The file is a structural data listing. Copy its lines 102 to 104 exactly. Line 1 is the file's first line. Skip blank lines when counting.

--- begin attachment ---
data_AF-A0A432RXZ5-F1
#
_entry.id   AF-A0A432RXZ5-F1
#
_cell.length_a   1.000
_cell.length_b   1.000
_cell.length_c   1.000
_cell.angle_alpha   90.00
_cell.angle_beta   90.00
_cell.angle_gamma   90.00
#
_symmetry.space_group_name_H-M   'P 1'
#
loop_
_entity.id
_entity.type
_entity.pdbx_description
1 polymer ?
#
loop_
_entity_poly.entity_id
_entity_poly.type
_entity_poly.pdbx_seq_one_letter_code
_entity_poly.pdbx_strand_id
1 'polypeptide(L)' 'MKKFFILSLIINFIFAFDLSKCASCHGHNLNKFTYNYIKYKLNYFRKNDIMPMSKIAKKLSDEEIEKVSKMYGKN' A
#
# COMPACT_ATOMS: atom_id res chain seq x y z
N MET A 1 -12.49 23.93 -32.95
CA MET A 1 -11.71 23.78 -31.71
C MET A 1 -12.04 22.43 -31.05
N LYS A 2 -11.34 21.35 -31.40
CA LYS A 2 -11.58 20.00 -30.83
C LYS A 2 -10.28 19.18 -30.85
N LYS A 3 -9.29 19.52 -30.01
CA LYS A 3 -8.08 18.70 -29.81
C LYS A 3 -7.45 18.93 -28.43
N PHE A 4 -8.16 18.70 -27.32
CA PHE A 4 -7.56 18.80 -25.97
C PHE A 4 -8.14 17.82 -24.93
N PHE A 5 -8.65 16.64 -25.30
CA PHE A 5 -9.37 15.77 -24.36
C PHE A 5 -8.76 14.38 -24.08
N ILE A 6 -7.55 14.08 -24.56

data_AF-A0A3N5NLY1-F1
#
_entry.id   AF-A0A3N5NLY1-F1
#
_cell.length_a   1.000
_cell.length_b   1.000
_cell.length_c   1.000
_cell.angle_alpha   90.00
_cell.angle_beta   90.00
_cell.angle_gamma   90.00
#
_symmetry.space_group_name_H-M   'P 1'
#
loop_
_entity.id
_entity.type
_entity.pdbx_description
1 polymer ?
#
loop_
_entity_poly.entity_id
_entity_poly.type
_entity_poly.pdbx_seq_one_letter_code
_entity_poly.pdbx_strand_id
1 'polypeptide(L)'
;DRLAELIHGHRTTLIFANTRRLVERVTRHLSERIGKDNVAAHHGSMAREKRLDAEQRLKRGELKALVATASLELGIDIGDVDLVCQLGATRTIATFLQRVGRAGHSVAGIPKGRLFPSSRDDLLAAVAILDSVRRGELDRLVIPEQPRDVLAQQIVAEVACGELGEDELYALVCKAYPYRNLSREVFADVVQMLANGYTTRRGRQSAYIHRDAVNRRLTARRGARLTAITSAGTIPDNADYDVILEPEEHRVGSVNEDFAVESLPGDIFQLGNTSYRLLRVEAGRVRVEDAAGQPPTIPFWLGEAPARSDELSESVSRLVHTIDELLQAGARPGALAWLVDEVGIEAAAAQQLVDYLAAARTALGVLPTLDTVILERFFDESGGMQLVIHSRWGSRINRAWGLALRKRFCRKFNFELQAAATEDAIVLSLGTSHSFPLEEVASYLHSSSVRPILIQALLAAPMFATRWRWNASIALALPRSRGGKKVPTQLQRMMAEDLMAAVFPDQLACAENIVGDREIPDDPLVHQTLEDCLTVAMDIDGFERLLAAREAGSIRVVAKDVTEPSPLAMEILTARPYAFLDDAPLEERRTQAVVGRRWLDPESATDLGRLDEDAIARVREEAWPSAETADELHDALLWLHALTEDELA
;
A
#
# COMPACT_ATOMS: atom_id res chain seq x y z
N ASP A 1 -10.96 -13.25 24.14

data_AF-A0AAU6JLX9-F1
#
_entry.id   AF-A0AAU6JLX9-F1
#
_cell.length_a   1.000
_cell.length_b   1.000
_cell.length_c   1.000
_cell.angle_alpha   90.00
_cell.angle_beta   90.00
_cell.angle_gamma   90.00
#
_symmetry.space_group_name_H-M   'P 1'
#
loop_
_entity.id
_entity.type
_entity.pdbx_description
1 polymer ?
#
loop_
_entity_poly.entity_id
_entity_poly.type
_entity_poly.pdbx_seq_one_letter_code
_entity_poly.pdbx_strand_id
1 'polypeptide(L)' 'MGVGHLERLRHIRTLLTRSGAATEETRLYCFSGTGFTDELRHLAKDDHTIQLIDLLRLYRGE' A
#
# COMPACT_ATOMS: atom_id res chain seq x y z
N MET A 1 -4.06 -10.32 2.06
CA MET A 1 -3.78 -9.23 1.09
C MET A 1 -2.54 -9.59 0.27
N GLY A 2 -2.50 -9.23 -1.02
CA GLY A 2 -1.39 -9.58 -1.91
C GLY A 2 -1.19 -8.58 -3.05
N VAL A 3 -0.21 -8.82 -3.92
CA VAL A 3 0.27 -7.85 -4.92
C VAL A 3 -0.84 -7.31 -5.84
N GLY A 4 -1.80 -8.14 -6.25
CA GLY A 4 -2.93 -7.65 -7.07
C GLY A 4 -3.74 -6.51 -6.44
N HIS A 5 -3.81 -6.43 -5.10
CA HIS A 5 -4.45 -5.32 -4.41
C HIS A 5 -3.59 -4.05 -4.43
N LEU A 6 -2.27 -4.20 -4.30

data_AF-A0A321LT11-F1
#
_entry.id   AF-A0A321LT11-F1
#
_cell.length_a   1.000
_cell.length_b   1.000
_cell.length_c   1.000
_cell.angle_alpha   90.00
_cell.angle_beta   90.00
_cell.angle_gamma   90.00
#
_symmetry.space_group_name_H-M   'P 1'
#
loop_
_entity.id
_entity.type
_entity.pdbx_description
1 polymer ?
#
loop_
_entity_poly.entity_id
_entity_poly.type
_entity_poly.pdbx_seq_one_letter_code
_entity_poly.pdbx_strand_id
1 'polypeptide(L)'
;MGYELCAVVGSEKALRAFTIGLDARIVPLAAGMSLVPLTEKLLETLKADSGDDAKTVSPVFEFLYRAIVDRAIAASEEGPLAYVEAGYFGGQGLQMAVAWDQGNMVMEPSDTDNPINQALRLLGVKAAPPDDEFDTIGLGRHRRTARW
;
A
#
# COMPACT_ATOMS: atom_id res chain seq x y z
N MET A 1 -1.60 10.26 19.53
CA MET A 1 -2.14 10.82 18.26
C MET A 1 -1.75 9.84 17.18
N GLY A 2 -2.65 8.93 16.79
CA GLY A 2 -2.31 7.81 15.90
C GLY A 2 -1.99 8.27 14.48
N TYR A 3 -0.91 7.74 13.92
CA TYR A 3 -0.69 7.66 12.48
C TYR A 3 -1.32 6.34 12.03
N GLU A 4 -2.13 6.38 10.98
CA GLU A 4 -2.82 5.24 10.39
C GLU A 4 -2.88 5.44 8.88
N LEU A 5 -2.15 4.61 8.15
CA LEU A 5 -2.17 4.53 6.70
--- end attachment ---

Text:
N MET A 1 -4.06 -10.32 2.06
CA MET A 1 -3.78 -9.23 1.09
C MET A 1 -2.54 -9.59 0.27